You know the dream – ditch the rat race, kick the shiny leather shoes and tailored clothes to the curb, shrug into some flannel, buy a farm, breath fresh air, get your hands dirty. It sounds nice, but the reality of the particulars – making a living, learning to farm, the disturbing quiet of dealing with at least 7.5 million less people around you at all times – isn’t something most of us can actually hack.
Those who do, though, tend to find something special. In the case of Eleanor and Albert Leger – an ex-pat of the software world and chemistry teacher, respectively – it was the apples of the North Country.
“Starting this was about leaving corporate America and doing something in a place that I love to be in and that has more meaning than what I’d been doing,” says Eleanor. “Plus, this was something we could do together, which is really fun.”
The Legers found themselves a sprawling abandoned dairy farm in West Charleston, Vermont, perfect for spreading seeds. By the winter of 2007, the Eden Orchards and Eden Ice Cider Company were in business. Five years and 1,000 trees later, Eden’s four Ice Ciders and duo of aperitif ciders (the newest one, Bitter, launches tonight at Good Spirits – go get yourself some!) have gotten nods from some of New York’s most prestigious palates and are poured in spots like Gramercy Tavern and WD50.
The ice ciders are glorious – elegant yet decadent after-dinner treats made in a similar vein to ice wine, only in this case, the plucked, ripe apples are stored until the inevitable Vermont North Country’s freezing temperatures drop. They are then pressed and the resulting juice is left to freeze for over a month, concentrating the sugar content and flavors into something that Johnny Appleseed could never have dreamed possible. And the aperitif ciders? They were, as it turns out, a sort of by-product, happy accident during the learning process of making ice cider.
“It was one of things that one day you say, gee, this thing is tasting great — like an aperitif wine! And wouldn’t that be cool?” laughs Eleanor. “When we work on the concentration for the ice cider, some juice is just not high enough in brix,” she explains of the density of the sugar. At first, Albert and Eleanor thought maybe they’d ferment the unusable juice and see if a local distiller might want it to make into apple brandy. But when they sampled it, the fermented apple juice was so subtle and special, they had another idea.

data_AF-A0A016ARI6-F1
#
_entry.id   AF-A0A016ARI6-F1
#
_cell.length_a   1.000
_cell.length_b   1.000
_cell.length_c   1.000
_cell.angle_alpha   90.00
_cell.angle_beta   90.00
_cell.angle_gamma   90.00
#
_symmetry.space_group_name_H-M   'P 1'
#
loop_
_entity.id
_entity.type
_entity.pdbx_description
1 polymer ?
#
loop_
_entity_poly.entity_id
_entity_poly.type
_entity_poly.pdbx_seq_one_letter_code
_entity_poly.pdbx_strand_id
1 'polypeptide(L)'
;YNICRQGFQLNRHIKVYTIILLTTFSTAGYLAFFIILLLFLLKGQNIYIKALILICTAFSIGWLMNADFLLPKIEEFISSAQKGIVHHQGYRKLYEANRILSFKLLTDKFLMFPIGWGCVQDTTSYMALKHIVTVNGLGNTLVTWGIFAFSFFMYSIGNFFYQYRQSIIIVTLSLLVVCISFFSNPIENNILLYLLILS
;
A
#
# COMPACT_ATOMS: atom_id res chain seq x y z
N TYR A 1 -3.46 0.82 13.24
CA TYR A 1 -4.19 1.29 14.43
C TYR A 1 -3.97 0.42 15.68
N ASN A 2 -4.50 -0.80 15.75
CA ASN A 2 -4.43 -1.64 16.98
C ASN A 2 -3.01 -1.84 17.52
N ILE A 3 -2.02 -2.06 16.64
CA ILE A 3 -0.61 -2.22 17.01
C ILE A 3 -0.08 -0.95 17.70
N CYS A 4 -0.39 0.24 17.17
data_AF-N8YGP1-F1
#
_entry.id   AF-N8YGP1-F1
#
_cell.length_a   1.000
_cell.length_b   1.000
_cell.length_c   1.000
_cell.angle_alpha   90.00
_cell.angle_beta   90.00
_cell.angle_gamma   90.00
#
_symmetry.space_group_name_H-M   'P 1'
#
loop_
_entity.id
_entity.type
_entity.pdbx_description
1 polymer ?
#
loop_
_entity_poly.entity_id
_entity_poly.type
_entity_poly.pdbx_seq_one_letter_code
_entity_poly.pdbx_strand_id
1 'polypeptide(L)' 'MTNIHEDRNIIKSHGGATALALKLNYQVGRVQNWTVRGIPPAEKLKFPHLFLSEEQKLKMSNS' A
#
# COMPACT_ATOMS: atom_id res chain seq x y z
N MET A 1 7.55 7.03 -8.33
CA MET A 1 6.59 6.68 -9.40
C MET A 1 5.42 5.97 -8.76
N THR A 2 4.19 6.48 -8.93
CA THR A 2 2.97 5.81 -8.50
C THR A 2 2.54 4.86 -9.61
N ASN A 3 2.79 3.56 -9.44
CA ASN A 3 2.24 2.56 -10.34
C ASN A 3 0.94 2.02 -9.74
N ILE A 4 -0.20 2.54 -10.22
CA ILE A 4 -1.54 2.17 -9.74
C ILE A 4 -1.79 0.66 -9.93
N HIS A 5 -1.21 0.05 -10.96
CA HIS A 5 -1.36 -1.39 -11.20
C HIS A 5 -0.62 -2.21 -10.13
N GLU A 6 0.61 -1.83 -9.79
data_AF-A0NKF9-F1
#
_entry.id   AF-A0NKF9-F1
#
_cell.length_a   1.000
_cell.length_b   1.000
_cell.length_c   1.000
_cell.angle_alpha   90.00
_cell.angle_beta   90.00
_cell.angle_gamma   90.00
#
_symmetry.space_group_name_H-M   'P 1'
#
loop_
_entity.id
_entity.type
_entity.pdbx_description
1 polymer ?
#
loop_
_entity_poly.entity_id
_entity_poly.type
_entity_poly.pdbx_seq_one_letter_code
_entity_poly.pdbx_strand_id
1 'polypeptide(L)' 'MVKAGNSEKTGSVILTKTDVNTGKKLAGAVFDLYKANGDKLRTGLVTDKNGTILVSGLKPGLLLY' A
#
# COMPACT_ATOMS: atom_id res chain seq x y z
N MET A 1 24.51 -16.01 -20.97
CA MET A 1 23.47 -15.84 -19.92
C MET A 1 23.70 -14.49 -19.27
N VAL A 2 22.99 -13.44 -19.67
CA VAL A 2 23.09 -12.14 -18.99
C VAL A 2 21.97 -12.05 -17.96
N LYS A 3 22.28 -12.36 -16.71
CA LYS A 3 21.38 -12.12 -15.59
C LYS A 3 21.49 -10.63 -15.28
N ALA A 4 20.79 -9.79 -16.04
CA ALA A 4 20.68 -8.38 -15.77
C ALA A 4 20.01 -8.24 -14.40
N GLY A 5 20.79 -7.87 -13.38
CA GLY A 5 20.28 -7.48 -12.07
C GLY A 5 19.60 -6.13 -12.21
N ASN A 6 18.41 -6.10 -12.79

Eleanor called up the owners of Woodstock, Vermont’s Osteria Pane e Salut, Deirdre Heekin and Caleb Barber, who also authored the herb-centric sipper tome, Libation: A Bitter Alchemy. Eleanor told Heekin about her juice and her idea to make it into an aperitif apple wine and a collaboration was born. The result: Orleans, apple-sweet and mildly minty on the nose, but dry and gorgeously, gently herbaceous on the palate. The kind of sophisticated preamble to dinner that makes you wish you were sitting along the Seine at 4pm with a glass and a sigh.
Its name has triple origins – it’s the country in which Eden sits; an homage to New Orleans, LA, home of the well-crafted cocktail; and finally, it’s a word that is the same in both French and English, a nod to Eleanor and Albert’s bilingual and French-Canadian lineage.
“Its herbal base is basil and anise hyssop, which are both members of the mint family. There’s a little bit of a licorice quality and it’s peppery, too,” says Eleanor. Most importantly, though, all the ingredients are grown in Vermont. “We decided early on that there would be no citrus, no spices from the Far East. It’s got to all be stuff we can grow in Vermont. We want to be good at this and focus on what we know how to do. Fermentation for us is where we want to keep getting better.”